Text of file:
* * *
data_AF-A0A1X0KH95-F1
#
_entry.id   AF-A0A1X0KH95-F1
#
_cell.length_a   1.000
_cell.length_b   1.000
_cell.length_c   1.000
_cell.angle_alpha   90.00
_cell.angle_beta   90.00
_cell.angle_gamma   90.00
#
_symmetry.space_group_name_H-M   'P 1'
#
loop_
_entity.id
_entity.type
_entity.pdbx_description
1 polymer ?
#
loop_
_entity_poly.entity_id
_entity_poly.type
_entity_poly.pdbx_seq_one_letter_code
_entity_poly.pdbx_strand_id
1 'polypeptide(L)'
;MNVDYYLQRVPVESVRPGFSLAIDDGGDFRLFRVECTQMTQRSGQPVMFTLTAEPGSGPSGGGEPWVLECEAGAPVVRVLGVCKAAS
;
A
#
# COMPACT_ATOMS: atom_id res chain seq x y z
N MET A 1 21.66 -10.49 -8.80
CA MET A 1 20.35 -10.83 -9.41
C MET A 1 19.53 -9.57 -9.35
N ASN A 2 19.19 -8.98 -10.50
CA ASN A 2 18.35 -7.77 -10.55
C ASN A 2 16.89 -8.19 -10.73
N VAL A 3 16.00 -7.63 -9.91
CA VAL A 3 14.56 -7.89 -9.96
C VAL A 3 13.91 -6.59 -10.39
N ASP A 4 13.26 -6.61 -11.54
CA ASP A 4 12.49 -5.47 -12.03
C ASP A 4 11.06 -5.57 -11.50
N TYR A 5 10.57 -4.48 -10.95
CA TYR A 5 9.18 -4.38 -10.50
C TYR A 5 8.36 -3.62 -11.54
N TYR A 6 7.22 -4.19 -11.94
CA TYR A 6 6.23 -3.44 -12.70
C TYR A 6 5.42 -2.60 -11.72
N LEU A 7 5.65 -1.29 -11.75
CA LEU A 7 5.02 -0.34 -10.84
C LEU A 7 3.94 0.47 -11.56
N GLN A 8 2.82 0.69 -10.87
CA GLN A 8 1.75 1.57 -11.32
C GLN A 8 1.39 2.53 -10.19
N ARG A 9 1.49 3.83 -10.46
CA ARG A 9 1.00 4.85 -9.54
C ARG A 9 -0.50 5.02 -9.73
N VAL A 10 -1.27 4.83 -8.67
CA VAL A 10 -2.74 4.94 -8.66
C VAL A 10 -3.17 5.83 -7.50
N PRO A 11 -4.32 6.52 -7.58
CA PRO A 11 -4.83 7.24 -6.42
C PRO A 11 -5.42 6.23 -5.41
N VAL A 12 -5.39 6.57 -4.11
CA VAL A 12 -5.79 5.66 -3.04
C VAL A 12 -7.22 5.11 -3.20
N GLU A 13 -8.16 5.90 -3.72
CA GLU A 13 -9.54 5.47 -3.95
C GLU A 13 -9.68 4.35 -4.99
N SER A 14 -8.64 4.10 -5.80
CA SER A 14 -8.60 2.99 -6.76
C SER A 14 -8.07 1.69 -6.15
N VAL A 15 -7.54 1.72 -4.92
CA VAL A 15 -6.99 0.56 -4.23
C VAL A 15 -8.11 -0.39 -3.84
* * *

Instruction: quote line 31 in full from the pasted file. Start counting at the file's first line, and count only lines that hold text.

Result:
N MET A 1 21.66 -10.49 -8.80